"To have a film that would be like 'King of Kings' or 'Ben-Hur' would, I think, not play as well with a general audience, many of whom are much more comfortable or at least familiar with some type of presentation of God in human form," Mazur said.

He said changes in the way America worships have also influenced the way in which movies portray God.

"One of the things we're seeing since World War II is a greater emphasis on an 'embodied experience,' as is found in Pentecostalism and revivalism," Mazur said. "People relate more to God in human form than if it's a voice coming out of a bush."

But embodiment isn't a license to wing it, said Roma Downey, who with her husband Mark Burnett produced 2013's "The Bible" miniseries and last year's "Son of God" movie for theatrical release. "A.D. The Bible Continues," the couple's next project, premieres on NBC the evening of April 5, and depicts the resurrected Jesus as the disciples begin the New Testament church.

"Playing Jesus is not just a role," Downey said. "It is a person with a voice that lives in the hearts of billions (of people) around the world."

She said actors Diogo Morgado ("The Bible," "Son of God") and Juan Pablo Di Pace (Jesus in "A.D.") each "came into this process realizing it was a great responsibility." As producers, Downey added, "we needed to strike the right balance of strong and charismatic coupled with the humbleness of a carpenter" when depicting Jesus on screen.

Script consultant Linda Seger, who has worked in the field since 1981, sees a dichotomy in the way God and Jesus are being portrayed on screen. Raised in a Lutheran household, she's now a Quaker and holds a doctorate in drama and theology.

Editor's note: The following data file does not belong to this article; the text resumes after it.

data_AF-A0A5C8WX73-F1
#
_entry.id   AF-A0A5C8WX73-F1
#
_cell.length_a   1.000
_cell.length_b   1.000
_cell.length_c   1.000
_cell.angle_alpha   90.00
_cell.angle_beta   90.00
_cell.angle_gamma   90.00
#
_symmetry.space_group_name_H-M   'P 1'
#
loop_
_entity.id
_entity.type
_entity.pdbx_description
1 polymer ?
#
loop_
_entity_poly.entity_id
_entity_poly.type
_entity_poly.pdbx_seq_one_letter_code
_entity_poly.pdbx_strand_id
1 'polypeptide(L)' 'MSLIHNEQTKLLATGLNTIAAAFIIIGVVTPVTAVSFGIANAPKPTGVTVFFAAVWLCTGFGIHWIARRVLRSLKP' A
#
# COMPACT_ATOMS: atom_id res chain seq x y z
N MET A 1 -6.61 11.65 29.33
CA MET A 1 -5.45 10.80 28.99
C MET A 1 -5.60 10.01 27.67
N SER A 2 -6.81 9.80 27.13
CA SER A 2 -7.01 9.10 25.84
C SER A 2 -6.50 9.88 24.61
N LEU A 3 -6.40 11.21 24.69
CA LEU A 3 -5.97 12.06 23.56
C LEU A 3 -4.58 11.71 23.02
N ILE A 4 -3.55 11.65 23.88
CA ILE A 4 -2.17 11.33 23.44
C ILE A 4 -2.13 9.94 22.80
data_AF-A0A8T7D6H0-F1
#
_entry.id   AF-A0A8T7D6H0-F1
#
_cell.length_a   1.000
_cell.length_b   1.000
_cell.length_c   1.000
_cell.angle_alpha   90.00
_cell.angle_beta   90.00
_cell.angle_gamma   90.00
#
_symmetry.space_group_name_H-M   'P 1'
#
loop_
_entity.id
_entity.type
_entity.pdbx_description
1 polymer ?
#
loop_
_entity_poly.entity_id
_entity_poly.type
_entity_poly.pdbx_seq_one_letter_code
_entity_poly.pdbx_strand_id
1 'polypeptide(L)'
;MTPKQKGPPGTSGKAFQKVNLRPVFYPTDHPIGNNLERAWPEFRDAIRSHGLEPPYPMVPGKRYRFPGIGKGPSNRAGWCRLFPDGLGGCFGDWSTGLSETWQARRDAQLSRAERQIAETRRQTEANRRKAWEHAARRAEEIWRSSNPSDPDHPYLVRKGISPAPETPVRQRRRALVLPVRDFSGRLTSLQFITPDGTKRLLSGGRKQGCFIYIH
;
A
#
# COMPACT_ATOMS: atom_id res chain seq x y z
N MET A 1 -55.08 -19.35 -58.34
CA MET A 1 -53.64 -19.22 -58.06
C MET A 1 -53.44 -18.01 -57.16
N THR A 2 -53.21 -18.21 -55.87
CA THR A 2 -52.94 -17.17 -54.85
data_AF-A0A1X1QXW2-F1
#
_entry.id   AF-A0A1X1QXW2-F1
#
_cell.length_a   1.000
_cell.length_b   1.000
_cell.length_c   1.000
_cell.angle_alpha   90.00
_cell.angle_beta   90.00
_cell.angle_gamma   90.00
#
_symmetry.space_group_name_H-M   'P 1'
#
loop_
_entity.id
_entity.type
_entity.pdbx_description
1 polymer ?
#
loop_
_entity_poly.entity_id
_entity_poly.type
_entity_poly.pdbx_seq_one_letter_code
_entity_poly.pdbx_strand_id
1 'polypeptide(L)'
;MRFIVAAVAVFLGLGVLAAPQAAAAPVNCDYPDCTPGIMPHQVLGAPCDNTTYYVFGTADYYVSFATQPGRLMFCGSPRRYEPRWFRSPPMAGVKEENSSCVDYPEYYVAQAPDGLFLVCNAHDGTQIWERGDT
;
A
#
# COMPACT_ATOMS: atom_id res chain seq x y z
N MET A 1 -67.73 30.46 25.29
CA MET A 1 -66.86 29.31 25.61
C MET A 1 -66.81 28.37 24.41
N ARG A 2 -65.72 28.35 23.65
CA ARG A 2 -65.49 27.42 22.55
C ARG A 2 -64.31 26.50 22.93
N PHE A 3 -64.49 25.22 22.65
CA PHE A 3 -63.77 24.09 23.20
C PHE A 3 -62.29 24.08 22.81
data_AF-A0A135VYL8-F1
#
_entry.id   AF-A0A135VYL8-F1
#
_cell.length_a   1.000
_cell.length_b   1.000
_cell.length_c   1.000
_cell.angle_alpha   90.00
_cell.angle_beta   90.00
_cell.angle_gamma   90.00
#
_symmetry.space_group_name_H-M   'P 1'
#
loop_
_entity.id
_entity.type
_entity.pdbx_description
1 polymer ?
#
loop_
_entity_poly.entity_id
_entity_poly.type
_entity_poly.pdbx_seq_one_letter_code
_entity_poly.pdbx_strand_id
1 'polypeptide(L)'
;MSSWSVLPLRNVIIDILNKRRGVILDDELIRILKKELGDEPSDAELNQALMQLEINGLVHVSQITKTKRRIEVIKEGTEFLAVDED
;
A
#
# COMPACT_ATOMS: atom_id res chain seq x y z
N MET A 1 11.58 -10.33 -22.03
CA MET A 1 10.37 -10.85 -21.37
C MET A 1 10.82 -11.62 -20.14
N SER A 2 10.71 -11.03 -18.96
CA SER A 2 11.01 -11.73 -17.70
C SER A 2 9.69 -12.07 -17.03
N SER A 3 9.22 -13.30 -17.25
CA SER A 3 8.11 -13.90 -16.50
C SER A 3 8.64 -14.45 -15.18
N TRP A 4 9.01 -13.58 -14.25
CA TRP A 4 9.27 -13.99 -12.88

"What you basically have now is two schools" of filmmaking, Seger said from her Cascade, Colorado, office. She said there are "evangelicals seeing film as an evangelistic project, and other people who are trying to learn the craft of writing and directing and see the film as more expressive."

The notion of film-as-evangelism is perhaps most strongly connected with evangelist Billy Graham, who more than 60 years ago set up World Wide Pictures as a way to produce theatrical-style movies with a preaching subtext. A 1965 picture, "The Restless Ones," was perhaps the most successful of these ventures. Similarly, Pentecostal mega church pastor Bishop T.D. Jakes has worked with Hollywood producer DeVon Franklin to develop movies that bring moral and biblical themes shrouded in contemporary drama.

By contrast, the more expressive films as Seger called them generally are birthed in the traditional studio process. And while some are well-received by secular critics, others, including Ridley Scott's "Exodus," receive harsher scrutiny, generally more over technical aspects than faithfulness to the Bible.

Seger said she believes Tom Shadyac, director of 2003's "Bruce Almighty," is a Christian who "is using more filmic devices and even having some fun with it, without by any means being non-reverential. He was going in a direction of what I think the future of faith-based (film) is" that is, blending the familiar with the sacred.

Another fan of "Bruce" and its portrayal of God is Sister Rose, who also teaches media literacy as part of her work at the Pauline Media Center.

"Bruce Almighty is a great film. The image of God in that movie is fabulous: Approachable, caring, willing to engage with this human who's kind of dumb when it comes to spiritual things," she said.